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(Pocket-lint) - The latest top of the range all in one printer, scanner, copier and fax from Kodak is a neat and well-specified black liveried device. A backlit blue-buttoned control panel graces the front of the printer below which are dual A4 and 6 x 4-inch paper feed trays that slide out and in again when loaded.

The print head and single black and combined five colour inks slot home easily into the carriage that sits beneath the scanner/copier platen and once in place the ESP 9 primes the ink and will print an automatic head alignment sheet.

The software’s easy to install (I tested the printer on my Mac G5 system) and once up and running, connecting to my Wi-Fi network proved a simple case of selecting the connection method on the ESP 9’s colour screen, entering the WEP password and that was it. Almost as easy as connecting via the USB or Ethernet connection, this makes for a refreshing change.

Once you turn the printer on you’re greeted by a cacophony of noises as the machine sets itself ready to print or scan. There are many noises as the 6 x 4-inch paper feed tray starts tooing and frowing as the printer checks paper levels and ensures there’s media to use in its trays.

The direct print control panel is simply laid out and the menus are clear and easy to follow and allow copying, printing, faxing and scanning as a standalone device or you can control the printer from the computer.

The ESP 9’s supplied software drivers are simple enough to follow in the print dialogues but the printer automatically selects the required print quality depending on the paper type you’re using. This undoubtedly makes it easier to use the machine, but also means there is virtually no manual control over print quality.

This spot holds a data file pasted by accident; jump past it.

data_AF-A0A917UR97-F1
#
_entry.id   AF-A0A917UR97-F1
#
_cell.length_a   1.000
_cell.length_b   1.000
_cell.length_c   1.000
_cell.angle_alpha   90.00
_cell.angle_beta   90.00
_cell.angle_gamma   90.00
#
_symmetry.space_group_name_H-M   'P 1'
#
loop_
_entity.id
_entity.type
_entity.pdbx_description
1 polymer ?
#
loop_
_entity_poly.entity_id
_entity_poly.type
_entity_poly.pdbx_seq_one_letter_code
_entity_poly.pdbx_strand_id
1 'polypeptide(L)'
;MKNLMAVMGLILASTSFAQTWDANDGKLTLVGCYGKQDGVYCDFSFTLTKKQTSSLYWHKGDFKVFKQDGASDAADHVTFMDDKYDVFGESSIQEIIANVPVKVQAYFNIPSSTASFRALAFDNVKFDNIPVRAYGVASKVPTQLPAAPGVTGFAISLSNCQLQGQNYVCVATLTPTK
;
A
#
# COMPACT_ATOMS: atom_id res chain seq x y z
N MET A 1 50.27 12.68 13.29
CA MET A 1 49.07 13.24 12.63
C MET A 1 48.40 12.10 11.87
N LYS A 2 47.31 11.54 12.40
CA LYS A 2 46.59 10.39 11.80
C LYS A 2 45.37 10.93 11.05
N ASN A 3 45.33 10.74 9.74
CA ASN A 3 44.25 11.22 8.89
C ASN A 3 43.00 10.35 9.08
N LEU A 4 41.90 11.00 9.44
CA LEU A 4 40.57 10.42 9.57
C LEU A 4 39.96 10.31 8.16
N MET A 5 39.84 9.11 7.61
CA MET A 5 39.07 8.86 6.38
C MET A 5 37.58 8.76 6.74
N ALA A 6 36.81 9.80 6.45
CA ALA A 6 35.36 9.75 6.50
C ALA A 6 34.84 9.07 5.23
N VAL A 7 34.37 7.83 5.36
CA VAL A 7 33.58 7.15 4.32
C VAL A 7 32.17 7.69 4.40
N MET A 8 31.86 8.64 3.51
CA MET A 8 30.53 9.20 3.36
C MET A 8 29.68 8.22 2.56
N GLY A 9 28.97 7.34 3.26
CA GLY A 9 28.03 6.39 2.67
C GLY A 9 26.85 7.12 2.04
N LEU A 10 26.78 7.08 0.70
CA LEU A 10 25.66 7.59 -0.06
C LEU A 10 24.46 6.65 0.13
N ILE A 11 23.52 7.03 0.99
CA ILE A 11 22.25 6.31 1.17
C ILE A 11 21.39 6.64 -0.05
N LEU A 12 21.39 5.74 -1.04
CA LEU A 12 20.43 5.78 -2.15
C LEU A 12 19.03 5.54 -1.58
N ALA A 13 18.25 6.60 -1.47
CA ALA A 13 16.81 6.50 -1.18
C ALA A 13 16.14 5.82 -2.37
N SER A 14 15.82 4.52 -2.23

In other words, print quality is dependent on buying the correct media type, the top Ultra Premium Photo Paper being the best quality paper and allows you to use the Kodak Dot Replacement print mode for better quality output. That is providing you don’t want to print borderless, as disappointingly, Dot Replacement does not support borderless printing. The print quality on that Ultra paper is superb.

Having said that, print quality on other, lesser, photo papers drops quickly and even the Premium Photo paper prints with distracting visible lines within the print. Printing on normal paper for text documents or graphics is okay. I just wish I could make the printer use the top quality setting even if I’ve not got the top paper type.

One frustration I had was where I could select to use the Dot Replacement technology, even with the incorrect paper, and it was not until the paper was fed into the printer at the start of the print cycle that the error was picked up by the machine’s paper sensors. At this point it would alert you to the incorrect paper selection and abort the print process spitting the paper out untouched.

This means you can’t just restart a print if you use Dot Replacement mode with the wrong setting (borderless) or the wrong paper.